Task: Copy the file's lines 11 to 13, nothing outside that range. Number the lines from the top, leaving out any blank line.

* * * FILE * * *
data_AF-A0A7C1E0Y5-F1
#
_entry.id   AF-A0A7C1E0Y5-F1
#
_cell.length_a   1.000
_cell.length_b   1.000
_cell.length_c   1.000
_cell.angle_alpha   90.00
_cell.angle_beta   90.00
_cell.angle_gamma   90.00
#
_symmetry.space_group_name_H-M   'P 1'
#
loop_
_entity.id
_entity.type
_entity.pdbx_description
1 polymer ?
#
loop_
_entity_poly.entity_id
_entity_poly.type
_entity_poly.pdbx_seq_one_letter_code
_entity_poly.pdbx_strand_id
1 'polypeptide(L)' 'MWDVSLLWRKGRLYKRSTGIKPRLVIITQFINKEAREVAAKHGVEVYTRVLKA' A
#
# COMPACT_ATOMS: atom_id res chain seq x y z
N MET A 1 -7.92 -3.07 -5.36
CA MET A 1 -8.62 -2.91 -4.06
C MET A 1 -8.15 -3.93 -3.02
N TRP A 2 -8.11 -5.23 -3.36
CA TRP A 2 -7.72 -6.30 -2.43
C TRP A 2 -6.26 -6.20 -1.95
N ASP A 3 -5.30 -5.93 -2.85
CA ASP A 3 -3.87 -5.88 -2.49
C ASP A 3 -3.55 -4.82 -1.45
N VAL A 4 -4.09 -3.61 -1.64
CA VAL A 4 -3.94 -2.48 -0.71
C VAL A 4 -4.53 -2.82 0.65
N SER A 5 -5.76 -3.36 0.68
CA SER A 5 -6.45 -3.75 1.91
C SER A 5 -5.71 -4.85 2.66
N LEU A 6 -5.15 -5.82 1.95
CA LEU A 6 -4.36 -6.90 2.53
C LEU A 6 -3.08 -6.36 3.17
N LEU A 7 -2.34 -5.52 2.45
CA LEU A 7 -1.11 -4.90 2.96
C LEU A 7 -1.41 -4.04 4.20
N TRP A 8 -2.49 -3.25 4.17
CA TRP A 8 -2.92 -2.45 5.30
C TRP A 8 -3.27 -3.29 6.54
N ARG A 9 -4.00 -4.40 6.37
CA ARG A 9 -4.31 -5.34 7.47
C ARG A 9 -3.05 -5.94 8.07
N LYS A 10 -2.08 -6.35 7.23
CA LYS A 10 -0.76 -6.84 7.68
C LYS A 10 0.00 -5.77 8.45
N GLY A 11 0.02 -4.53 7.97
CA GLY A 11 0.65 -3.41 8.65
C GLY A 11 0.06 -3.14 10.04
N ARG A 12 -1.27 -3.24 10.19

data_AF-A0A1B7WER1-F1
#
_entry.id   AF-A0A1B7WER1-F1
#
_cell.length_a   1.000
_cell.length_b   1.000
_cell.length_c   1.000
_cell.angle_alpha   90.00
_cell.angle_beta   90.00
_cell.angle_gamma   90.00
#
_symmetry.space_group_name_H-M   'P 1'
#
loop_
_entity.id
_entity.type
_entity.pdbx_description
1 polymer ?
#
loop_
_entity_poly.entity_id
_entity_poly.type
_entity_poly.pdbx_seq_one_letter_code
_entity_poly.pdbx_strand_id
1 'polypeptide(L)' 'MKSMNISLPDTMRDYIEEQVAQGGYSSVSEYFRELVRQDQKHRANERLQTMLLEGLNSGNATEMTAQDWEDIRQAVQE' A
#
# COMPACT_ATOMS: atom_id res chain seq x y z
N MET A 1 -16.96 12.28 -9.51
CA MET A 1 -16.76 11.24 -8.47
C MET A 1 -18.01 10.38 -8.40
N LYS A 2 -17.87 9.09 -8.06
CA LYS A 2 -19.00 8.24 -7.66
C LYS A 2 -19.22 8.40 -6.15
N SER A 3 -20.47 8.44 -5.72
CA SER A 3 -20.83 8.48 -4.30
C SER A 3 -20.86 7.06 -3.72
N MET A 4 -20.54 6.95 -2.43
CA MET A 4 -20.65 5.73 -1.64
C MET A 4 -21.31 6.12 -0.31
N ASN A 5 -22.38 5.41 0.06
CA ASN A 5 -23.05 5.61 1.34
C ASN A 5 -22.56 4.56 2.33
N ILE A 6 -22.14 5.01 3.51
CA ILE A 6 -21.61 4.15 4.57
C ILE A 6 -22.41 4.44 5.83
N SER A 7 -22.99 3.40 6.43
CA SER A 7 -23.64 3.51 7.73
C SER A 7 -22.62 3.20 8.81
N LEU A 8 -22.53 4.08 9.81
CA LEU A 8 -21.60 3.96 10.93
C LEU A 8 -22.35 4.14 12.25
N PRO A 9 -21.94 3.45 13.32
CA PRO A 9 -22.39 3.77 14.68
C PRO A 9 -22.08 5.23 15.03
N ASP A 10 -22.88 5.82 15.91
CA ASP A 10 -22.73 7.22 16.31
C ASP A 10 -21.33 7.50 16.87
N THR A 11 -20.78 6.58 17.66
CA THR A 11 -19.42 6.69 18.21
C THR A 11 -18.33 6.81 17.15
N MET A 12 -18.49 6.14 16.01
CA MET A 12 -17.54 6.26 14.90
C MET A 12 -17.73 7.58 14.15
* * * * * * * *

#
_symmetry.space_group_name_H-M   'P 1'
#